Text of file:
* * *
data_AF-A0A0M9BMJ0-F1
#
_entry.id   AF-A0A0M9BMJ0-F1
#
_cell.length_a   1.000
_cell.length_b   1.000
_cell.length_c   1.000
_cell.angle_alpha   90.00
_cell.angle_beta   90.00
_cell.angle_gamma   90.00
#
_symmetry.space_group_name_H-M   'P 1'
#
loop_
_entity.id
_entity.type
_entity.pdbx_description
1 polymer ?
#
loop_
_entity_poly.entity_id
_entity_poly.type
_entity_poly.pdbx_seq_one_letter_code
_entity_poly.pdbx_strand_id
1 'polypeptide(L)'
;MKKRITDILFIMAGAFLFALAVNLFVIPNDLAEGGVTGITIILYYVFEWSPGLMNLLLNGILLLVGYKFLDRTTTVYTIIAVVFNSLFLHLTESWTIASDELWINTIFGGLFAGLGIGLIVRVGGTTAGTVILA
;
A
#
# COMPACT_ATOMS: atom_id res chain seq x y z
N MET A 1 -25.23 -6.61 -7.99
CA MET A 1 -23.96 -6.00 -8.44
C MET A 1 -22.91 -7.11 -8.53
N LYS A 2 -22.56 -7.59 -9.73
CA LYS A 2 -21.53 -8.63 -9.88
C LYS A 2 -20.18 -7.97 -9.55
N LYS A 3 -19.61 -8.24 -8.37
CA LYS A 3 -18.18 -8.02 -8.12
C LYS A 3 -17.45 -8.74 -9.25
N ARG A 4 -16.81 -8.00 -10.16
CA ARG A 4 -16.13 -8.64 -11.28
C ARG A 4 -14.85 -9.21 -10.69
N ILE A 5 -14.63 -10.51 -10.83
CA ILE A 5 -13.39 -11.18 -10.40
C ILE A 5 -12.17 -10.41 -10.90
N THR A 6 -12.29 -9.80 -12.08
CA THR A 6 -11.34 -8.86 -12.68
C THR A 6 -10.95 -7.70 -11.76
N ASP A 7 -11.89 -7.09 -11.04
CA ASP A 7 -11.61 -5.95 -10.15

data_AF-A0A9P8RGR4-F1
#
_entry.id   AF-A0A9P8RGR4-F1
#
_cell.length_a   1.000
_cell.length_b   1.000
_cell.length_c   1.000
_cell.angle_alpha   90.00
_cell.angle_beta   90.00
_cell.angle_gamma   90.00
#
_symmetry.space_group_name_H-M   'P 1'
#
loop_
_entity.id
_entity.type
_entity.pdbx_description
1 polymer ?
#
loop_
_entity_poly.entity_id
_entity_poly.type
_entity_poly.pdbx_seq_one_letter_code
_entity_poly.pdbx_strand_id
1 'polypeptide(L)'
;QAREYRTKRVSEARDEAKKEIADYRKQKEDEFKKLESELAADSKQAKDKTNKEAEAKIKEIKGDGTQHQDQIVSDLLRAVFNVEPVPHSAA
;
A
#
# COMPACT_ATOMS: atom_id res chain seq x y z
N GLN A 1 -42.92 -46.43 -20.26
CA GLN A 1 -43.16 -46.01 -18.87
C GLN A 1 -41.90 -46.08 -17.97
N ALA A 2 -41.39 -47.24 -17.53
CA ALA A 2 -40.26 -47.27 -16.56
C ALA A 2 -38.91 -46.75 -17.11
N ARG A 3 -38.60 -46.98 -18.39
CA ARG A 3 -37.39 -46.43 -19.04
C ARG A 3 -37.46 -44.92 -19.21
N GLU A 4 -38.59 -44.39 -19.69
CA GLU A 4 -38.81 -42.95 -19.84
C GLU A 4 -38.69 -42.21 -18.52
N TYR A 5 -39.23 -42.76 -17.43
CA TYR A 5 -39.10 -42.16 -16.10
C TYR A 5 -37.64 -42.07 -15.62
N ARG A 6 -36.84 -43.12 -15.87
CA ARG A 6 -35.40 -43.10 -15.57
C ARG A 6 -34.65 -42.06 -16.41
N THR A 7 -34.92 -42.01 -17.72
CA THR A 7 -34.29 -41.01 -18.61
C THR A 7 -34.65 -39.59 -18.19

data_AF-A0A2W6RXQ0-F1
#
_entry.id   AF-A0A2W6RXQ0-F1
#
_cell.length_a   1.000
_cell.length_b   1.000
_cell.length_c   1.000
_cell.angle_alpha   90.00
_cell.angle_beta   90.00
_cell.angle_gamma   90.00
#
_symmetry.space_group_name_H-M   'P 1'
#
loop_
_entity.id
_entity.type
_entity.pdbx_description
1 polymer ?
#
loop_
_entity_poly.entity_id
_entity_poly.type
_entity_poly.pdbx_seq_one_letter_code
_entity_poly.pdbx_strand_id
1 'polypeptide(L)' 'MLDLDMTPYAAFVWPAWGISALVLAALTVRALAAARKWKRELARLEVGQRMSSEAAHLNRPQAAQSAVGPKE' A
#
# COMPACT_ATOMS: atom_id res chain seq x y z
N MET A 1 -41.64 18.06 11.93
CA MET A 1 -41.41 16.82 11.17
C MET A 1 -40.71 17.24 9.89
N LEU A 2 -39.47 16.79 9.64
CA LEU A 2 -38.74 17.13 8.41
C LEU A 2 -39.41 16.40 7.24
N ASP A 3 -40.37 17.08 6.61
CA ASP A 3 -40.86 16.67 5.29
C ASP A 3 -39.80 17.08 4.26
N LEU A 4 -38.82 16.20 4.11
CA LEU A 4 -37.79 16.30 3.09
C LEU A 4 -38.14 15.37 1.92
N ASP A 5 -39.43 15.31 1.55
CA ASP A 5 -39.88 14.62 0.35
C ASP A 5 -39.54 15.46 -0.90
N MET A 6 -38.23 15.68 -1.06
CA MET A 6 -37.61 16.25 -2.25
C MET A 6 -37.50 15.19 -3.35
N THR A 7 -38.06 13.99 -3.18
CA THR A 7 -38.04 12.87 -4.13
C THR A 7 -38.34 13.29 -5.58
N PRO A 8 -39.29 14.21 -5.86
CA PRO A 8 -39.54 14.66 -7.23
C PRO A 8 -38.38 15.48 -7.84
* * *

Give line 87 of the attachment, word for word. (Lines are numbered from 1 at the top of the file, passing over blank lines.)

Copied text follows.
N ARG A 3 -38.60 -46.98 -18.39